Building height has been the subject of recent national news with the City of Glen Eira recently announcing the imposition of new zones associated with mandatory height controls. Headlines have read 'Low-rise Glen Eira to 'fuel sprawl' in The Age and 'Melbourne Zoning reforms to block infill development' in the Financial Review.
In city making, building height is used for different purposes and including:
To meet housing demand in a more sustainable manner,
Place making and defining city form and function,
To make better use of infrastructure, and
As a symbol of influence and power.
Many decisions are made with regard to the location and extent of building height within a city. Some examples of the variance of decisions are evident in Europe. The inner urban suburb La defence in Paris is a good example of decentralised height to protect a traditional form and, in this case the tourist dollar. The City of London on the other hand has taken a very different approach in regard to development in the tradition core of the city, with height being fair game.
In Melbourne there are differences across the metropolitan area with respect to attitudes towards height. Depending on their point of view and motivation, different groups, organisations, lobby groups and individuals will advocate for more or less height. Planners and designers can wish to have height in strategic locations for a variety of reasons including to define city form and function and economics.
Australian municipalities dominated by low-rise housing and residents with financial means to fight and protect their 'way of life', battle challenges to the status quo in regards to height development. On the flipside, other municipalities can see height as a way of promoting economic development.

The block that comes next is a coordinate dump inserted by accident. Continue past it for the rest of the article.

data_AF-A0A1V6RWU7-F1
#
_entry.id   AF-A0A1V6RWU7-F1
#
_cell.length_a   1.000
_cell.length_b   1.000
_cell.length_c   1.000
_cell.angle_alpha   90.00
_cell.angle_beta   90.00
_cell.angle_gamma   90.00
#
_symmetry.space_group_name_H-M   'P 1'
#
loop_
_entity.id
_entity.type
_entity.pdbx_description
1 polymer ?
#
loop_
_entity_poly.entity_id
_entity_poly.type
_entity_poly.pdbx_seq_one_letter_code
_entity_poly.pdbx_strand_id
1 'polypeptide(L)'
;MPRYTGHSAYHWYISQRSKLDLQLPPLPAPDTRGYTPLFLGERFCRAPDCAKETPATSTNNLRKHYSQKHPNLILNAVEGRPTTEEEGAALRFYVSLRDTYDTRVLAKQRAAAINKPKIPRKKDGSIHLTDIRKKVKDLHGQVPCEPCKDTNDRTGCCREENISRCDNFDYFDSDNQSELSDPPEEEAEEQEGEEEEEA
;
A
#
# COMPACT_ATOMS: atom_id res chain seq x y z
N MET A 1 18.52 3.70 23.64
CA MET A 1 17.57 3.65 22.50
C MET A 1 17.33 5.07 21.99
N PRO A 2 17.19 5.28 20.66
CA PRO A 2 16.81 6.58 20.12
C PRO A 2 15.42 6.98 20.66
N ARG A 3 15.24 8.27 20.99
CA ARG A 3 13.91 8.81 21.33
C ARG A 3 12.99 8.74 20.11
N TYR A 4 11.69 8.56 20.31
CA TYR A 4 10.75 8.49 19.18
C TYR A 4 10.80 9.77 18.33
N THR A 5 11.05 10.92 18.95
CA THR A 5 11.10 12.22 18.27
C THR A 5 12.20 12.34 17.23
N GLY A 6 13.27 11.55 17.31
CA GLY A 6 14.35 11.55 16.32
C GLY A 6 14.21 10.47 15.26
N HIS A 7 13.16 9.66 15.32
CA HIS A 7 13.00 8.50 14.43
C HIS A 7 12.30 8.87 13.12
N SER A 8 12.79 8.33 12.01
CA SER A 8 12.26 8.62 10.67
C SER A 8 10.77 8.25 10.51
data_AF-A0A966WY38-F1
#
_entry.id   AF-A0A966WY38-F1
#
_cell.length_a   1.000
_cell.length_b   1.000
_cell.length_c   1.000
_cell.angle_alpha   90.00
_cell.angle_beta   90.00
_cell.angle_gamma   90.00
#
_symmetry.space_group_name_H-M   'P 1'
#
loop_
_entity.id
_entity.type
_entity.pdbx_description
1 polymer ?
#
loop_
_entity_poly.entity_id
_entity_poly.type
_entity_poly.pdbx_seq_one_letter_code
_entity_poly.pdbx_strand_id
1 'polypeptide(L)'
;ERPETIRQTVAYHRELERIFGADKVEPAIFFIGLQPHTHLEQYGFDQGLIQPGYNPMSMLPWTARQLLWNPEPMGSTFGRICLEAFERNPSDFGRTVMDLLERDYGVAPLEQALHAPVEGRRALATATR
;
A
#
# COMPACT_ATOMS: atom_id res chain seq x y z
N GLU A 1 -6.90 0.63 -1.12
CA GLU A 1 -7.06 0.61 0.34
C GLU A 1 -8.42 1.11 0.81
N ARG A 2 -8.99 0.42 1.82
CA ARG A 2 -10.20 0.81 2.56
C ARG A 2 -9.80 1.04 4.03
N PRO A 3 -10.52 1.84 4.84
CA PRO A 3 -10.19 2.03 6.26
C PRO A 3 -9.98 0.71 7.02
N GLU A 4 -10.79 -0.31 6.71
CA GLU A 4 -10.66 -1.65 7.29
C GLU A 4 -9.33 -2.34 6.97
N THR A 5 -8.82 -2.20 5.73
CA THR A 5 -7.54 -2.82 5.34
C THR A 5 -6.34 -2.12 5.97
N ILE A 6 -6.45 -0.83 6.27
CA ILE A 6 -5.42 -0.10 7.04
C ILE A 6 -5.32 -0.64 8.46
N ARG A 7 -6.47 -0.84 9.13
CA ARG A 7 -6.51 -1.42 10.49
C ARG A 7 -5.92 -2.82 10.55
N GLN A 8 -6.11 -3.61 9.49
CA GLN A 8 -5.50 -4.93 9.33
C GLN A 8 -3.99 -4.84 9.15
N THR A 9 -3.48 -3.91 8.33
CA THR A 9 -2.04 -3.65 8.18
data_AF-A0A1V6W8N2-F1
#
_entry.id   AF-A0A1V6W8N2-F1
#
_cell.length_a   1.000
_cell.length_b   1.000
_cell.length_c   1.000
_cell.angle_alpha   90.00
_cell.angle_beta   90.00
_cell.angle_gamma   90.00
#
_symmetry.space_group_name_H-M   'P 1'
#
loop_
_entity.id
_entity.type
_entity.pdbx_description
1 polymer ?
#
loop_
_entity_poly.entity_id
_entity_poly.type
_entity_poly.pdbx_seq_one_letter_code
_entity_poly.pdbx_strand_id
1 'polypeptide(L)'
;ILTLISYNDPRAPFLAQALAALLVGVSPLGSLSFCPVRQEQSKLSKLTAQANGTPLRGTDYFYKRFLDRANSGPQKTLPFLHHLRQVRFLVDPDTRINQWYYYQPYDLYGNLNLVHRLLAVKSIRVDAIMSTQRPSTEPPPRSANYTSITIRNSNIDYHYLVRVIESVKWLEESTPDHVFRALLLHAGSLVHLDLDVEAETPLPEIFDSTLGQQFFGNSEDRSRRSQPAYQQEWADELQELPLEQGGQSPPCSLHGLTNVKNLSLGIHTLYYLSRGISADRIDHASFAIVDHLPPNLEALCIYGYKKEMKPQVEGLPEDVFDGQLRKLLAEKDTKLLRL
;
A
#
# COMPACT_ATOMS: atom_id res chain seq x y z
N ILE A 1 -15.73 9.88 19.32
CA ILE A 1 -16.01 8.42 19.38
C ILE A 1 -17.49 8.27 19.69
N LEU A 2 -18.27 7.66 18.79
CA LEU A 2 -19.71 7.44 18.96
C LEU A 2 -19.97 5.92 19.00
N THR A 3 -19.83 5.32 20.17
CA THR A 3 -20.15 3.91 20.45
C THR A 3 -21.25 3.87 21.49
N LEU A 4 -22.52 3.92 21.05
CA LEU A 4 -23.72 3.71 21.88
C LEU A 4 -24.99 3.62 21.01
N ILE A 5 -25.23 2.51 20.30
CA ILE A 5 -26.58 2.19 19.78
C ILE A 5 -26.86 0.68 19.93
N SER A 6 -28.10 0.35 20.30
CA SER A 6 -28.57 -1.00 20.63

In recent times activity centre policy and structure planning has slowly been changing city form. Through the courage of councillors to adopt plans such as Melbourne 2030, developers have been able to realise the opportunistic nature of these plans and deliver incremental changes to the form of Melbourne. Centres policy in M2030 has resulted in change that is now real and palpable. 'Higher' in strategic locations is the new normal.
The next battleground for the height debate is the larger extent of land beyond the centres. The new zones have the potential for creating a larger footprint of change. Equally, they have potential to be used defensively to ’shutt down' this potential.
Managing and facilitating that change process should be informed by detailed character analysis and consideration of state strategic objectives for consolidation in well serviced locations. Introduction of new residential zones should include consultation and hearing by the Planning Panel process to ensure and open debate and rigorous assessment. This has not occurred in the case of Glen Eira with the Planning Minister unilaterally signing in the changes.
Introduction of Neighbourhood Residential Zones, in particular, requires careful consideration. While the zone seeks to protect existing character it also curtails the ability for people to age-in-place by a strategy of the localised downsizing of their dwelling and realising the value of their retirement nest egg through a capping of height and restrictions on subdivision opportunities.
With the imminent roll out of the new zoning changes through other municipalities, this issue of height will continue to present itself. Height is an emotional debate that will continue to be discussed, challenged and fought in cities and municipalities across the globe.